Since it was known that XPB/ERCC-3 gene expression increases after UV treatment in sponges (Batel et al. 1998), it was conceivable to hypothesize its activation after UV stress also in other marine invertebrate organisms, like the sea urchin. Therefore, it was interesting to isolate the homologous cDNA in P. lividus embryos. To this end, we used as source total RNA from 32-cell stage embryos irradiated with UV-B, at a dose of 200 J/m2, and kept in the dark for 2 h. The degenerated oligonucleotide primers were designed on the

1 - GOT1. ;AGTGTGCCGAGGTATGGTGCCCAATGGCTCCAGAGTTCITCAGAGAGTATCTGGC - 60 V Q C 1EVVCP IJtPEFFBETLA 61 - AATTAGGAC TAGAA AGAGATTATTGCTGTATGTAATGAATCCC AATAAGTTCCGGGC ATG - 120 IRTRKRLLLYVMNPNKFRAC 121 - TC AGTT7C TTGTGTGGTIC C AC G AGO AGO GO A AC GAC AAGGTC ATC GTCTTCTC AG ATA A - ISO

QFLVWFHEQRNDKVIVFSDN 131 - CGTCTTTGCTCTAAAGCATTiTGCAATAGCTATGGGCAGACCGTATATCTATGGGCCTAC - 240

VFALKHYAIAMGRPY IYGPT 241 - AAGTCAAGGAGAGAGGATGCAG ATC TTAC AGA AC TTTC AAC AC AAC C C TGC CGTC A ATAC - 300

SQGERKQILQNFQtiMPAVNT 301 - AATCTTCATTTCCAAGGTCGGTGATMTTCCTTTGATCTTCCCGAGGCTAATOTTCTCAT - 360

IFISKVGDNSFD LPEANVLI 3 61 - C C AGGTTTCATCCC ATGGTGGATC A AGAAGACAAGAAGCTC A ACGTC TAGGTCGTATCCT - 420

QVSSHGGSRRQE AQRLGRIL 421 - C AGAGC TAAGA AAGGTGC TGCAGCGGAGGAG TATAAC G CC T TC TT C TA C- 4 69 R A K K G

AAAEEYNAFFY

Fig. 6. Nucleotide sequence of Paracentrotus lividus cDNA encoding the DNA repair heli-case XPB/ERCC3 (Pl-ercc3), and its deduced amino acid sequence. Forward and reverse oligonucleotide primers used for RT-PCR amplification are underlined basis of a multiple sequence alignment of the three XPB/ERCC-3 nucleotide sequences from Drosophila (Mounkes et al. 1992), mouse (Weeda et al. 1991), and G. cydonium (Batel et al. 1998). The partial cDNA sequence (469 bp) and its deduced amino acid sequence [deposited in the National Center for Biotechnology Information (NCBI) databank; accession number AJ439717] are shown in Fig. 6. The comparative analysis revealed an 87 % amino acid identity with Ciona intestinalis (NCBI accession no. T31655), 83% with Mus musculus and Homo sapiens (Weeda et al. 1990), 80% with D. melanogaster, 73% with G. cydonium and Caenorhabditis elegans (Hartman et al. 1989), 69% with S. cerevisiae (Park et al. 1992), and 67% with D. discoideum (Lee et al. 1997). The Pl-ercc3 probe is currently used in Northern blotting and RT-PCR experiments with embryos exposed to UV-B radiation (unpubl. results).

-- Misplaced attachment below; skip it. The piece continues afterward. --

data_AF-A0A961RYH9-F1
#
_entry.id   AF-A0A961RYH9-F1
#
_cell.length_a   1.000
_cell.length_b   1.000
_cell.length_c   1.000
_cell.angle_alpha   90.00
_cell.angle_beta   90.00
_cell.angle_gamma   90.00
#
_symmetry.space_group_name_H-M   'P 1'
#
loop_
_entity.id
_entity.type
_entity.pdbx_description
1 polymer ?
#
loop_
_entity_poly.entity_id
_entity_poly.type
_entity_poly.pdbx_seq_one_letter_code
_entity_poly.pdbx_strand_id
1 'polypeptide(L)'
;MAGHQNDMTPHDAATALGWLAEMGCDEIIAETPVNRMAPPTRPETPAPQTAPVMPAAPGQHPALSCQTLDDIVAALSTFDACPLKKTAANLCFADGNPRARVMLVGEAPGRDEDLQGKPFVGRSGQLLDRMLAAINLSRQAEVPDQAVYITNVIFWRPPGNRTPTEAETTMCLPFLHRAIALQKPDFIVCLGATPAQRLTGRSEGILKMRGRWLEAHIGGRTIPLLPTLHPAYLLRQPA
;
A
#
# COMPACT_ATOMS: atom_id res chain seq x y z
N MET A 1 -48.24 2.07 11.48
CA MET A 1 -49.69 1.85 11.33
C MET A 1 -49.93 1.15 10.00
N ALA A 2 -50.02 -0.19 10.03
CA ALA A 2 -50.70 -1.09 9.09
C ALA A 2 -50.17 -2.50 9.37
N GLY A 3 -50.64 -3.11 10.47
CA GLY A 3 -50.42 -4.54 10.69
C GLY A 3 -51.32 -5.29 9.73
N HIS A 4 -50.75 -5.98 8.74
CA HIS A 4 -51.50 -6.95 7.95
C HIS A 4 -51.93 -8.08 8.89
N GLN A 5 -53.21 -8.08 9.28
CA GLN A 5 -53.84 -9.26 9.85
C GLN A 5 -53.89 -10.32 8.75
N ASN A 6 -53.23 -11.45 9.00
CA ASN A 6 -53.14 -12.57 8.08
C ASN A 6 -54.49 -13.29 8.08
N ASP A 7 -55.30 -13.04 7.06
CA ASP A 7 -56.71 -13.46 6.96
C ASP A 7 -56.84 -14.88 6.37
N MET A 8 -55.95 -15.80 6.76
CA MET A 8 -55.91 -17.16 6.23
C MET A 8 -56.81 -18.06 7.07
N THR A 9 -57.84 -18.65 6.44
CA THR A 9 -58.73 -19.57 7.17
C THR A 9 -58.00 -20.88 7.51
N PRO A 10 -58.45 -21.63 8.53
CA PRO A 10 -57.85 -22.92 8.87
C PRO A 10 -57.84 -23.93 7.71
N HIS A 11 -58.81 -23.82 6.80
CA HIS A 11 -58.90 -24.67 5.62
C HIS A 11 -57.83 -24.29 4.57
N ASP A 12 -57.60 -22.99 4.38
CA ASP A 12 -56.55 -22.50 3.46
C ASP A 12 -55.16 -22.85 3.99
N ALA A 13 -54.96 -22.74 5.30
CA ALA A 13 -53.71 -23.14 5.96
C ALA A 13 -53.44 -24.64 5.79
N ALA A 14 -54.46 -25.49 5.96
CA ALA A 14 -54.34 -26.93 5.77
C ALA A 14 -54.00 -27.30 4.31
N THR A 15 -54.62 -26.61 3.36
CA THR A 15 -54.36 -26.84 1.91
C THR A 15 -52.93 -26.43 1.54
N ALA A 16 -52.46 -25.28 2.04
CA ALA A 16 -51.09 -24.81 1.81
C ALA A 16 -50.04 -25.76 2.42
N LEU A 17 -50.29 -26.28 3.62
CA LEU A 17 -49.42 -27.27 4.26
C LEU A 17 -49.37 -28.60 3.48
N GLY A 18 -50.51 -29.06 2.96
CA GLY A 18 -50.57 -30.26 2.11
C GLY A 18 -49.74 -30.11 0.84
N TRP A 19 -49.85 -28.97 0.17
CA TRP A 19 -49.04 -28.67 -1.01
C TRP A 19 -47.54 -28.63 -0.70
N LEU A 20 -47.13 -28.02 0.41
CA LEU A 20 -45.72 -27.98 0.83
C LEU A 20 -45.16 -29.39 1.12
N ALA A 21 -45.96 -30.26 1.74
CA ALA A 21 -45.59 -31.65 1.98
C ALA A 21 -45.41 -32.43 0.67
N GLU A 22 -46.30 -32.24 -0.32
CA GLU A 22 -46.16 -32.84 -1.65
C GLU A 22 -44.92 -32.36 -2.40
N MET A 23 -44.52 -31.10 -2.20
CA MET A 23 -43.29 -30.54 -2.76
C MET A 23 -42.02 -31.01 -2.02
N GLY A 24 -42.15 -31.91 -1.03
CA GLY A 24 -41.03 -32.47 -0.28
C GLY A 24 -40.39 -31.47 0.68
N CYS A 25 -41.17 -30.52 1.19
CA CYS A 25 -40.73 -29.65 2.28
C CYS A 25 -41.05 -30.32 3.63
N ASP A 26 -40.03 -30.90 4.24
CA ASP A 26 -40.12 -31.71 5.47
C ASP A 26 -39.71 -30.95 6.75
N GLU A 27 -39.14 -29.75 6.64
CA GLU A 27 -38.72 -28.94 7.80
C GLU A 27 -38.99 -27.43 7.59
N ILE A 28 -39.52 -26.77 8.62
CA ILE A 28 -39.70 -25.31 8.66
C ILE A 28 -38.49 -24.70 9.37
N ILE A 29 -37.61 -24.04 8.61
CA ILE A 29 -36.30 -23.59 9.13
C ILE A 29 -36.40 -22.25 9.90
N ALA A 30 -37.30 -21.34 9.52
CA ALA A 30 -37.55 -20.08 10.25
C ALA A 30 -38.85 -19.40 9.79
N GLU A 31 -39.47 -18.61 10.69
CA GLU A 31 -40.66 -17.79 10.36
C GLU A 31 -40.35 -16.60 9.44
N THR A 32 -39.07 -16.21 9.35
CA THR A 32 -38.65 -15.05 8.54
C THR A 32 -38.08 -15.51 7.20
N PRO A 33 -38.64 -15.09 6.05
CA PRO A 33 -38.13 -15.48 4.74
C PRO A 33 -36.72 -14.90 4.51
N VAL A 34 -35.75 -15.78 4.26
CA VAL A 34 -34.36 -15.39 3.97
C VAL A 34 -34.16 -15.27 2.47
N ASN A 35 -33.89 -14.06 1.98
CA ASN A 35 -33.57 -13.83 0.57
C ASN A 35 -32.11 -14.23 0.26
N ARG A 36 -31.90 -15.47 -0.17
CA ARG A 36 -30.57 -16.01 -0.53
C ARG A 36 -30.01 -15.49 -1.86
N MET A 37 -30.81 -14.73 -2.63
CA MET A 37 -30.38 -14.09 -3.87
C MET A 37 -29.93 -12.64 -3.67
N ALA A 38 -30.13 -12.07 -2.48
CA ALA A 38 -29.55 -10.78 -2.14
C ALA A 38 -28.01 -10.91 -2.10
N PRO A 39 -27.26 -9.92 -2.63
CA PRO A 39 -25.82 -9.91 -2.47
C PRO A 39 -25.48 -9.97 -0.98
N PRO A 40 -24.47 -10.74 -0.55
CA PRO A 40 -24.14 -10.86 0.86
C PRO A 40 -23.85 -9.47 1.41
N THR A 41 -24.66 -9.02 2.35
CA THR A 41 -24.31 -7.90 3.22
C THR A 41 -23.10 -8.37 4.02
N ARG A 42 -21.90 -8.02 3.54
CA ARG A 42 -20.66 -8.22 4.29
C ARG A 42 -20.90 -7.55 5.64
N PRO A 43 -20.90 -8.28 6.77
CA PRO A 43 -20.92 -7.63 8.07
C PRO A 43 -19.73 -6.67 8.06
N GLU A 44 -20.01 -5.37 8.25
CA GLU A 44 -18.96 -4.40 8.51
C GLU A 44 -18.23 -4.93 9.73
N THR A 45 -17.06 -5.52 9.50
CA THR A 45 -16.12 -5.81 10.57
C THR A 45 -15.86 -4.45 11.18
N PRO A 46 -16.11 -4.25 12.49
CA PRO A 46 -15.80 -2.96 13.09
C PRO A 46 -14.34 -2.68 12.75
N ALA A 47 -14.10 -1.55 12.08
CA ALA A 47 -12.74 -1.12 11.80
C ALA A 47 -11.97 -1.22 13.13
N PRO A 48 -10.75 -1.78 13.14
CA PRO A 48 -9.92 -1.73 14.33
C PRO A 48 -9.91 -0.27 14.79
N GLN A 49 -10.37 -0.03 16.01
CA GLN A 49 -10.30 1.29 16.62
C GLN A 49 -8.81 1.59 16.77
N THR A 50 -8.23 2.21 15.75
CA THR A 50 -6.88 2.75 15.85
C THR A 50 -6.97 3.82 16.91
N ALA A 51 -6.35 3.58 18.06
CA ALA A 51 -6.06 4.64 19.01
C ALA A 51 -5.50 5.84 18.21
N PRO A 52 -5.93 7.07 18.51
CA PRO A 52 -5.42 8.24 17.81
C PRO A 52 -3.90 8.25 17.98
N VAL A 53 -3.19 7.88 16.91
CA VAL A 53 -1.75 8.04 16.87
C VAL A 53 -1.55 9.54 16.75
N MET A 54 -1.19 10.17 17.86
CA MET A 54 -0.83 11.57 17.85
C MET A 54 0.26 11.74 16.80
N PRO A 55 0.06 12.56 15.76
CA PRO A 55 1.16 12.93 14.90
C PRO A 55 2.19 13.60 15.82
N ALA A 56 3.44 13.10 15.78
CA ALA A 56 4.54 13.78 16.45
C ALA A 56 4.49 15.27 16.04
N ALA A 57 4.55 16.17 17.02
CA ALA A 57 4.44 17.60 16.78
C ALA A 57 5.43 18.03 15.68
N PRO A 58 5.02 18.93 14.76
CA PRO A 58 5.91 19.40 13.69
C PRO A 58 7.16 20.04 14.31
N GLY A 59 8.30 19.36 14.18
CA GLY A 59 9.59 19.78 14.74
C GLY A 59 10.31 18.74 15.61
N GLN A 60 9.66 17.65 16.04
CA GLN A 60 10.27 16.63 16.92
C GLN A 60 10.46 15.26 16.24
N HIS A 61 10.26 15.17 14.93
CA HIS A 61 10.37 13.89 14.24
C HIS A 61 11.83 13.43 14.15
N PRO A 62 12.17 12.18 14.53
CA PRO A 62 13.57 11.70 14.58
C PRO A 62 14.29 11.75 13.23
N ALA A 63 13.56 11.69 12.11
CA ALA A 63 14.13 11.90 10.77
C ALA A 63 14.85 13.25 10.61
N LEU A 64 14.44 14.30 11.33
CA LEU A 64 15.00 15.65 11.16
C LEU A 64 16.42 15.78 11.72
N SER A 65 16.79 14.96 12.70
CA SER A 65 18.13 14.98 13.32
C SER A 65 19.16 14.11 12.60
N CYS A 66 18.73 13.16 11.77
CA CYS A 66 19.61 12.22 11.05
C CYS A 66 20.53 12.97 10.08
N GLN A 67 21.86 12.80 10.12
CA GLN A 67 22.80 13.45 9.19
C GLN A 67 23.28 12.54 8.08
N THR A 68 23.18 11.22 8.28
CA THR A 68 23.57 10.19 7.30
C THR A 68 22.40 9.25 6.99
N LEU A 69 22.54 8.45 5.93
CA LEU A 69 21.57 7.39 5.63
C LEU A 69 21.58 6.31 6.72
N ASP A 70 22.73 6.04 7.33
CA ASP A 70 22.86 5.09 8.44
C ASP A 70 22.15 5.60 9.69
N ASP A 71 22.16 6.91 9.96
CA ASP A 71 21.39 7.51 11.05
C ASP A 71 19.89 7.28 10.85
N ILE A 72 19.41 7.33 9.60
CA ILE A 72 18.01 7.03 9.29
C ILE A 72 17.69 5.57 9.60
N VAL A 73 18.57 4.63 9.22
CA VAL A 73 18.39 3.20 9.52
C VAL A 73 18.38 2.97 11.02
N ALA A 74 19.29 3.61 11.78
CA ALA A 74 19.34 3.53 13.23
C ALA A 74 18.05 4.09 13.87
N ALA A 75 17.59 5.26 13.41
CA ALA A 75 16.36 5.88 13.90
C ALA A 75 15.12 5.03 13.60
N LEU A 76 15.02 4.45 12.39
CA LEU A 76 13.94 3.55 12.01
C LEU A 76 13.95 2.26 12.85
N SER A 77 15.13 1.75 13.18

Effect of Cadmium on P. lividus Embryo Development

A study of the effects of sublethal concentrations of cadmium chloride on sea urchin embryo development revealed a decrease in the percentage of normal embryos with increasing concentrations of cadmium chloride (10-6 to 10-3 M) 24 and 48 h after fertilization (Russo et al. 2003). Embryos exposed to 10-5 to 10-3 M cadmium chloride developed no significant differences compared to controls until the swimming blastula stage (about 12 h after fertilization). However, these embryos showed developmental defects when control embryos reached the late gastrula stage (about 24 h of culture). The number of delayed and abnormal embryos increased with increasing concentrations of cadmium chloride. At 10-3M cadmium chloride, 51-67% of the embryos were delayed at the early gastrula stage. Concentrations of cadmium chloride higher than 10-3 M were lethal to the embryos. These results confirm previous studies (Pagano et al. 1982; Fernandez and Beiras 2001; Radenac et al. 2001) and are in agreement with the results from studies on vertebrates (Chernoff 1973; Layton and Layton 1979; Samarawickrama and Webb 1979). Our recent studies on time-dependent continuous exposure of P. lividus sea urchin embryos reveal the synthesis of a specific set of stress proteins (90,72-70,56, 28 and 25 kDa) which was dependent on the duration of the treatment (Roc-cheri et al. 2004).